Matt Damon hit it out of the park with his ridiculously accurate impression of Brett Kavanaugh during the opening skit of the season opener for “Saturday Night Live.” Of course, now that Kavanaugh’s on the Supreme Court, it’s not so funny anymore. Perhaps that’s why, on Oct. 6, Midwesterners seeking a break from the breaking news headed to the Lyric Opera of Chicago for the season opener “La bohème.”
Unlike the privileged students of Georgetown Prep and Yale, the group of friends featured in Puccini’s popular opera are struggling artists (played by Zachary Nelson, Adrian Sâmpetrean, Ricardo José Rivera, Jake Gardner, and a scene-stealing Danielle de Niese) in 19th-century Paris. Their stories come from Henri Murger’s “Scènes de la vie de bohème,” which was translated into the libretto by Luigi Illica and Giuseppe Giacosa.
Sung in Italian with English translations projected above the stage, this recent retelling stars an arresting Maria Agresta as the ill-fated heroine Mimì, alongside Michael Fabiano in his Lyric Opera debut. Also making his Lyric debut is conductor Domingo Hindoyan, who led the Chicago Lyric Opera Orchestra, recently nominated for Best Opera Orchestra by the International Opera Awards, on opening night.
The Lyric joined forces with London’s Royal Opera House-Covent Garden and Teatro Real Madrid to create the global co-production directed by Britain’s Richard Jones, with costumes and not-so seamless scenery by English designer Stewart Laing.
Another Bohemian getaway can be had via Christopher Wheeldon’s “Swan Lake.” Inspired by the paintings of Edgar Degas, the classic tale is reset in 19th-century Paris as dancers prepare for the opening night performance of “Swan Lake.”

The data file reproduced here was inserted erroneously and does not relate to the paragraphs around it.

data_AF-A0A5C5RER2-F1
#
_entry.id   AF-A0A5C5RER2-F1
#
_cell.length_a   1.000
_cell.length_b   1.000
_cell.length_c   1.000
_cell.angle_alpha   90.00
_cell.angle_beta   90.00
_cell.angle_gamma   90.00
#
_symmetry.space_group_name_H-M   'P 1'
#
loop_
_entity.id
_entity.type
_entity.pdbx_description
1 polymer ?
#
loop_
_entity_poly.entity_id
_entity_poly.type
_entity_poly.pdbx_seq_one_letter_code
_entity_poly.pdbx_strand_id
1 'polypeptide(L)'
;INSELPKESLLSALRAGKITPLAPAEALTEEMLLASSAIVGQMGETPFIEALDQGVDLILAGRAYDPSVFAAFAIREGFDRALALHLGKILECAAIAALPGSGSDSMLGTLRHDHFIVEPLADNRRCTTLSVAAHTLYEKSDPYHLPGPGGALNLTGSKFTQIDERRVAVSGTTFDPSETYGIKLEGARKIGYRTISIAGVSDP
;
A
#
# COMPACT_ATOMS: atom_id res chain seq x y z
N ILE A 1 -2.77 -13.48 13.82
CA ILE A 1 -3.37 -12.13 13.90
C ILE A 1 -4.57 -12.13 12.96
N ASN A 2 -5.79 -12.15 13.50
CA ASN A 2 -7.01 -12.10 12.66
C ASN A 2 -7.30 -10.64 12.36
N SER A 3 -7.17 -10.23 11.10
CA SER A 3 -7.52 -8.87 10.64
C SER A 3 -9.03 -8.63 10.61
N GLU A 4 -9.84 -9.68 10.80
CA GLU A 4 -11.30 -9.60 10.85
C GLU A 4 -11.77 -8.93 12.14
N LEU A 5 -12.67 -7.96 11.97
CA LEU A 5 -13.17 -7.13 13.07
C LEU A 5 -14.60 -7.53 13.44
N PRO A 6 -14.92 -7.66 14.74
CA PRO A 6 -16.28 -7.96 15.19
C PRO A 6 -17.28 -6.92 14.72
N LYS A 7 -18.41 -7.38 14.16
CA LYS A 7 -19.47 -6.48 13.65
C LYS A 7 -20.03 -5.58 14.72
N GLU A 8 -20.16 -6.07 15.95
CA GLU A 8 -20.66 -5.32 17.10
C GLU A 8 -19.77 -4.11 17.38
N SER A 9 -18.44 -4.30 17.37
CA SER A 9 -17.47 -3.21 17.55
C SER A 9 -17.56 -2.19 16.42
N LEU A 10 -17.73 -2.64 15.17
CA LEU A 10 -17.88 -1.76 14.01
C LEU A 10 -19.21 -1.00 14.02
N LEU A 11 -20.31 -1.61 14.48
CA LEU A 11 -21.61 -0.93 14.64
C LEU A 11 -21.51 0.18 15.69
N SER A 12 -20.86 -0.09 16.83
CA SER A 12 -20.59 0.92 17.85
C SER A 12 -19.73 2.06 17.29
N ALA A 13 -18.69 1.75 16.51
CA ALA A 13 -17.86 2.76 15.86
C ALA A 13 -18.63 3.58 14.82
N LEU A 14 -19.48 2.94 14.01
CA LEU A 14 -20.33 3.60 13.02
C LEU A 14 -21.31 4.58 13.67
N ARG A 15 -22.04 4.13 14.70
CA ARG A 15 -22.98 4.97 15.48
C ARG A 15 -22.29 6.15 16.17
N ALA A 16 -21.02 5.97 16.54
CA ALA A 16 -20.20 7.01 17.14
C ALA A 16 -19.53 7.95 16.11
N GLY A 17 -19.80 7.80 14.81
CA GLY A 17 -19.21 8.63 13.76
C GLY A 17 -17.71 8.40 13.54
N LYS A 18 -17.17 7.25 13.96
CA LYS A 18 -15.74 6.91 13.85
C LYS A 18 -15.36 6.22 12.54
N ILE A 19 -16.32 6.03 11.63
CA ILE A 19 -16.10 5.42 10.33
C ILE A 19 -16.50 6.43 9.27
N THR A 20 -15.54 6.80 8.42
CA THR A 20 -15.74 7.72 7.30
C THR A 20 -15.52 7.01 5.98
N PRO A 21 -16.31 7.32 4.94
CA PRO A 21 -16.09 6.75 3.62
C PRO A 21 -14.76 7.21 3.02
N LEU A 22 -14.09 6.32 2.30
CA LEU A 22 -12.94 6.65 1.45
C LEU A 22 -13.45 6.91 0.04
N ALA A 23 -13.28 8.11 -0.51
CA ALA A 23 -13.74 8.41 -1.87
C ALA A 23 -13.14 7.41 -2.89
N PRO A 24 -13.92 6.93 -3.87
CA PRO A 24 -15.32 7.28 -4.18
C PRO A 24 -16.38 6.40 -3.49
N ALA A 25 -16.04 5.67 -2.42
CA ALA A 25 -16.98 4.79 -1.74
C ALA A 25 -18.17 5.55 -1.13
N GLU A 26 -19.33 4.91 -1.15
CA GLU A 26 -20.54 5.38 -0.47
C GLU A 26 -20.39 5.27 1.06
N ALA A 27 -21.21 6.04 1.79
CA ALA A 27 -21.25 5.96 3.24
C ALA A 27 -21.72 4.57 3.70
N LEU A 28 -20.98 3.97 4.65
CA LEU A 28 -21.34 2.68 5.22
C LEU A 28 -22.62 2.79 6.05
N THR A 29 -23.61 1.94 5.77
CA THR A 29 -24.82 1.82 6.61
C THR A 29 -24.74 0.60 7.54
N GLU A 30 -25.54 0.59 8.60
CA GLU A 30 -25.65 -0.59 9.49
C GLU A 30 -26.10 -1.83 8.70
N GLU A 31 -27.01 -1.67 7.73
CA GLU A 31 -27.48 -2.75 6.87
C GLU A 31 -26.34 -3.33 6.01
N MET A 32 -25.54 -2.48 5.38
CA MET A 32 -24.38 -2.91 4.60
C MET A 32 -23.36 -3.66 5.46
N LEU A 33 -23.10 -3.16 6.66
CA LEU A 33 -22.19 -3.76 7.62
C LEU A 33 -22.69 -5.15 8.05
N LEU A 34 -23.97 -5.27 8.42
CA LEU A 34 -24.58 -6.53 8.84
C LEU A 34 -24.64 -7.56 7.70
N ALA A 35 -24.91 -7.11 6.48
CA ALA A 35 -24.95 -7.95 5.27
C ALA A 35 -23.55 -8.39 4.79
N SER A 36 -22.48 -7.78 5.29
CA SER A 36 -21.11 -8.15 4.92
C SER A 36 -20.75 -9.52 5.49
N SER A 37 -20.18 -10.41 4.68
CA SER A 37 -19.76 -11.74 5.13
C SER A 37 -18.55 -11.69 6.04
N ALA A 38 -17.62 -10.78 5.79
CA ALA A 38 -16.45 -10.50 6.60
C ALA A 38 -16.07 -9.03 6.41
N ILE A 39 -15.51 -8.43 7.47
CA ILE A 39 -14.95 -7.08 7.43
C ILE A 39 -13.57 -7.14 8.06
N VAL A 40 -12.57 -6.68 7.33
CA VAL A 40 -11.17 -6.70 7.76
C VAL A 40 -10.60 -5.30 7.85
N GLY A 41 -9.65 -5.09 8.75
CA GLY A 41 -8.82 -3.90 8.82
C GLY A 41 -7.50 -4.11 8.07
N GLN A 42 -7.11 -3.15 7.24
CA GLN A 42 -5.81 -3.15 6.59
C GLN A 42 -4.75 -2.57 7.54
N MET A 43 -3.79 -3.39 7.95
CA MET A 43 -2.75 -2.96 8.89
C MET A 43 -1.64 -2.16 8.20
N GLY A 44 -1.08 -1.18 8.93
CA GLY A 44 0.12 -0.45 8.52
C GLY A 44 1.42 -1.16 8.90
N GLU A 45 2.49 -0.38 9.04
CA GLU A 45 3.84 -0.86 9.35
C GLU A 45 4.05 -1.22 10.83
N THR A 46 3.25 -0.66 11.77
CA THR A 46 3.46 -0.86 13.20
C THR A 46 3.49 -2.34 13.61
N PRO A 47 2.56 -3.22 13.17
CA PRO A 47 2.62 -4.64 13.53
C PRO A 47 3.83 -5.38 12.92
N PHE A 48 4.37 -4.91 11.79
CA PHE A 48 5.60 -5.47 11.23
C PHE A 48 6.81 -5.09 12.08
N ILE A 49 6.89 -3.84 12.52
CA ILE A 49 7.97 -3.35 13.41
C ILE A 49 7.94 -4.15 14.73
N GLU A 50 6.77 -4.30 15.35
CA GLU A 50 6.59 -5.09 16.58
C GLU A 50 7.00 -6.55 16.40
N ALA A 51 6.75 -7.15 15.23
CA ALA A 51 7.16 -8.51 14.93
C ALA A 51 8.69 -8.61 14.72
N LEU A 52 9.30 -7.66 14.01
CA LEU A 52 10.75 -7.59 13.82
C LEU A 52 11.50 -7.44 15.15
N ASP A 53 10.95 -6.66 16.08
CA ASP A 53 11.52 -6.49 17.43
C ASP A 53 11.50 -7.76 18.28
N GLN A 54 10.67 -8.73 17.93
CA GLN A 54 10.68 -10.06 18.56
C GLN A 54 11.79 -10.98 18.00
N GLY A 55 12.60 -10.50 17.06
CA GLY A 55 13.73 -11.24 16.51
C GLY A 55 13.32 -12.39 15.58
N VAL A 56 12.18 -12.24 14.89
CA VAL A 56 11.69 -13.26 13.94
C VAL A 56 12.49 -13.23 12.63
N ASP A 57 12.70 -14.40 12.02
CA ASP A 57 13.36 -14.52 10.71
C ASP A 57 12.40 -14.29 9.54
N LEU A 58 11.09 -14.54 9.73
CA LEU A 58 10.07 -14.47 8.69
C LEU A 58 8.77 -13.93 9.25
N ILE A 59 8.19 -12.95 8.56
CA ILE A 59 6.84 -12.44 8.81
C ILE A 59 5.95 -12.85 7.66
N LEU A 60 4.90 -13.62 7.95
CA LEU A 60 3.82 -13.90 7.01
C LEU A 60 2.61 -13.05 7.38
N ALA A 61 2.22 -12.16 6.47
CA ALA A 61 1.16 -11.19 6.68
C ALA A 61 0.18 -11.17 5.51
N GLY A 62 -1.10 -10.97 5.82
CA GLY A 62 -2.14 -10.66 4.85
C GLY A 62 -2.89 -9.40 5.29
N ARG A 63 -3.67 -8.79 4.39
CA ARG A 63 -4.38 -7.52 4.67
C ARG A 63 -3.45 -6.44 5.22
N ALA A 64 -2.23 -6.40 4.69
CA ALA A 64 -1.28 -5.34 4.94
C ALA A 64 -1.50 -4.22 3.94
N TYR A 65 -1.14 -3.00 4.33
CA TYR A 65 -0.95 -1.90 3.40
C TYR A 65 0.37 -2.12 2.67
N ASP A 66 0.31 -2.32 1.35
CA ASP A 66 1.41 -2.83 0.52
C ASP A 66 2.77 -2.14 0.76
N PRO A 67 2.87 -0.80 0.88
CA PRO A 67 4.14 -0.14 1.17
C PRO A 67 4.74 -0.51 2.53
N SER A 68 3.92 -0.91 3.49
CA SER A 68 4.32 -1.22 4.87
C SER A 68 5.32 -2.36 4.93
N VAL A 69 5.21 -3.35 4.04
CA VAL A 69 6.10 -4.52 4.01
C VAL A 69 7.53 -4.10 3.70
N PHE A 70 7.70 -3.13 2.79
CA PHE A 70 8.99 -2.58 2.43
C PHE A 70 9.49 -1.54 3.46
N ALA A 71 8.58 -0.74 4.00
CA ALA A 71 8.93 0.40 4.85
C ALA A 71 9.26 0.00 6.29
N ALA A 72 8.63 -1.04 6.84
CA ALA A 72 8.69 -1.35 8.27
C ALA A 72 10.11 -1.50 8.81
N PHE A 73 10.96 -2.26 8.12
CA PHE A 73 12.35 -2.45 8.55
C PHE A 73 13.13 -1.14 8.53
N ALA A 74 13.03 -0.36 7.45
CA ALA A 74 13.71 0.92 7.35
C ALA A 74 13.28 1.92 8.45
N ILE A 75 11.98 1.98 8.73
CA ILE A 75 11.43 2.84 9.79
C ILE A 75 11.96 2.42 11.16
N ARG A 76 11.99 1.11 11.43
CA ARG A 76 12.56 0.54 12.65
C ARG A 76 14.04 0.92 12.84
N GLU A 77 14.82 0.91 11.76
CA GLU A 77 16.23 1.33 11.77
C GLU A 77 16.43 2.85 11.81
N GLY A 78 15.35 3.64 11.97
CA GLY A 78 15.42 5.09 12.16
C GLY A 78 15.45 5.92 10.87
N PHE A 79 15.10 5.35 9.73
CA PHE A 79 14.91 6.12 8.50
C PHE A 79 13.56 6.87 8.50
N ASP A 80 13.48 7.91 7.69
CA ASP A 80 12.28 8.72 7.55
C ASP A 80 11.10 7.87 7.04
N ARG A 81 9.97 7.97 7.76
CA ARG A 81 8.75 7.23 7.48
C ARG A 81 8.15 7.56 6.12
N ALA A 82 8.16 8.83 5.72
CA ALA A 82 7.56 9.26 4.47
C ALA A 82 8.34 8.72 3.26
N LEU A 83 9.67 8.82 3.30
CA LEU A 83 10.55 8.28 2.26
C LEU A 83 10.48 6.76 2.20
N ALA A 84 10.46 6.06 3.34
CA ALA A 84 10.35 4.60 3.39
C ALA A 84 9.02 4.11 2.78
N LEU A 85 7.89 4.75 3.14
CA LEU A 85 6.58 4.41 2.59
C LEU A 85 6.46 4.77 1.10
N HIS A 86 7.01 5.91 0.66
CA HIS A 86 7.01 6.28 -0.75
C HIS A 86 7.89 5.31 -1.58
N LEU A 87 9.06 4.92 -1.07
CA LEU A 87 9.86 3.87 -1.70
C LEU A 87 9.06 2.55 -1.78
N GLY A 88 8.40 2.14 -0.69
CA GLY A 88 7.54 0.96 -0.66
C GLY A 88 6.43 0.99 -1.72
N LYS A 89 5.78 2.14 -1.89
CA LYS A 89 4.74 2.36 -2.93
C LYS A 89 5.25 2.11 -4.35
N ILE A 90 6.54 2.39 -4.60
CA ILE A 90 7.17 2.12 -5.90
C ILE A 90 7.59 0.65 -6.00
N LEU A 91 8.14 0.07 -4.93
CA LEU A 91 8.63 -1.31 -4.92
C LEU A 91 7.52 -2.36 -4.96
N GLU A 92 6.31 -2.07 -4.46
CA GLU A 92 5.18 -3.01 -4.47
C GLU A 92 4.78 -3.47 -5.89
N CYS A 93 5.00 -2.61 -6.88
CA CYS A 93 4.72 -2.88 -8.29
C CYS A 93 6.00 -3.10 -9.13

By creating a ballet within a ballet, the Joffrey cleverly contains the traditional tragedy of its heroine to fiction (albeit within a fiction). While audiences walk out of “La bohème” with a lasting impression of Mimì dying, those who see “Swan Lake” are more apt to consider the dancer playing a dying character instead. It’s a subtle distinction that diffuses a patriarchal culture that arguably associates female suffering with entertainment.
Add Jean-Marc Puissant’s costumes, Adrianne Lobel’s sets, and Tchaikovsky’s sublime score (performed by the Chicago Philharmonic, conducted by Scott Speck, Music Director of The Joffrey Ballet), and audiences are in for a treat.
Initially performed in 2014, this exquisite adaptation opens the Joffrey Ballet’s new season. “We are thrilled to bring it back after five years for another run in Chicago,” says Ashley Wheater, The Mary B. Galvin Artistic Director of the Joffrey.
For tickets ($69-$239) to “La bohème” (Oct. 6*-20 & Jan. 10-31) at Chicago’s Lyric Opera House, visit lyricopera.org. Tickets ($35-$195) to “Swan Lake” (Oct. 17-28) at the Auditorium Theatre of Roosevelt University are available at joffrey.org.
*At press time, performances of “La bohème” were briefly canceled due to a strike by the Lyric Opera Orchestra that has now been ended with a new contract. Just goes to show, there’s no escaping breaking news after all.
Top photo: “La Boheme” at Lyric Opera Chicago Photo © Todd Rosenberg, 2018; Middle photo: Christopher Wheeldon’s “Swan Lake” Photo © Cheryl Mann, 2014